Jul 3

Peter Brantley

Peter Brantley

Science Direct-ly into Google

ScienceDirect (SD) is a compendium of scientific, technical, and medical (STM) literature from Reed Elsevier, one of the world's largest publishers. SD, most often made available on a subscription or licensing basis to large institutions like universities, biopharmaceuticals, and other research or health related companies, claims to contain approximately "25% of the world's science, technology and medicine full text and bibliographic information." SD is an expensive, and often contentious product in Higher Education due to high year-on-year pricing increases, but it is a highly desirable one, nonetheless.

It was therefore notable when its absence from Google Scholar, Google's search interface for scholarly-related material, was realized. Scholar has become tremendously popular for focussed searches in the scholarly literature among not only academics and students, but seekers of health information and other science-based data. Elsevier has long supported its own search interface for scholarly literature, Scopus, and it was no surprise to many that they avoided inclusion. However, they doubtless lost eyeballs as more and more of this traffic migrated to the freely available Scholar product.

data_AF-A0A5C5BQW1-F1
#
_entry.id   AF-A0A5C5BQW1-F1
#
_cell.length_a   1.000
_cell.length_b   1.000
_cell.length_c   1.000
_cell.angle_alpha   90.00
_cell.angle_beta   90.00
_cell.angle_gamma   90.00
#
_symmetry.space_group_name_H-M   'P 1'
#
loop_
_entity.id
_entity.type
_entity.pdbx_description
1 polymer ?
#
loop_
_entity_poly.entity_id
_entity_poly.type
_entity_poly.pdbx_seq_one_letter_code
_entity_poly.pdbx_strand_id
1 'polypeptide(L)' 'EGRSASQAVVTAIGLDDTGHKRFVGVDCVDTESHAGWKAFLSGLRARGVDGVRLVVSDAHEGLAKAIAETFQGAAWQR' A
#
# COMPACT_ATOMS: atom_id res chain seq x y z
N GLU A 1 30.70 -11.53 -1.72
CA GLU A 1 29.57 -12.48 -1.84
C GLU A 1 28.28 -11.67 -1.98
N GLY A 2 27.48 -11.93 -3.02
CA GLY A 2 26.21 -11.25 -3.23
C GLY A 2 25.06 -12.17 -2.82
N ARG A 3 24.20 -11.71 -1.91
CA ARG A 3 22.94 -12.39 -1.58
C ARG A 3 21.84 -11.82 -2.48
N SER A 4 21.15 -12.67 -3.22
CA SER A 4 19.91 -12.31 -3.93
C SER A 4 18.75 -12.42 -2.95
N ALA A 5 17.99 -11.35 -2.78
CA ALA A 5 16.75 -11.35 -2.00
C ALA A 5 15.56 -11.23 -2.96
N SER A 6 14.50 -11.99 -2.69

Elsevier has now undertaken to have the majority of its SD journals (those for which it holds or can obtain the copyrights) crawled and indexed by Google. Both Google and Google Scholar are slowly incorporating an increasing amount of this content, and these data will be appearing in search results for Google and Google Scholar.

Ale de Vries, the SD product manager, informs me in an email:

About Google/Google Scholar: we're making good progress. As you may be aware, we did a pilot with some journals on SD first, and now we are working to get them all indexed. We're making good progress there - it's a lot of content to be crawled, but going along nicely. Both Google Scholar and main Google are gradually covering more and more of our journals.

This is notable for a wide range of reasons. One of the most prominent is that Elsevier clearly feels comfortable with having its core intellectual property crawled and analyzed by Google to augment discovery. In contrast to the various European newspaper publisher-related lawsuits, Elsevier has clearly felt that even with the basic, essential tools available today - robot exclusions, sitemaps, and business agreements - their ability to execute business strategy is unimpeded by encouraging greater content exposure.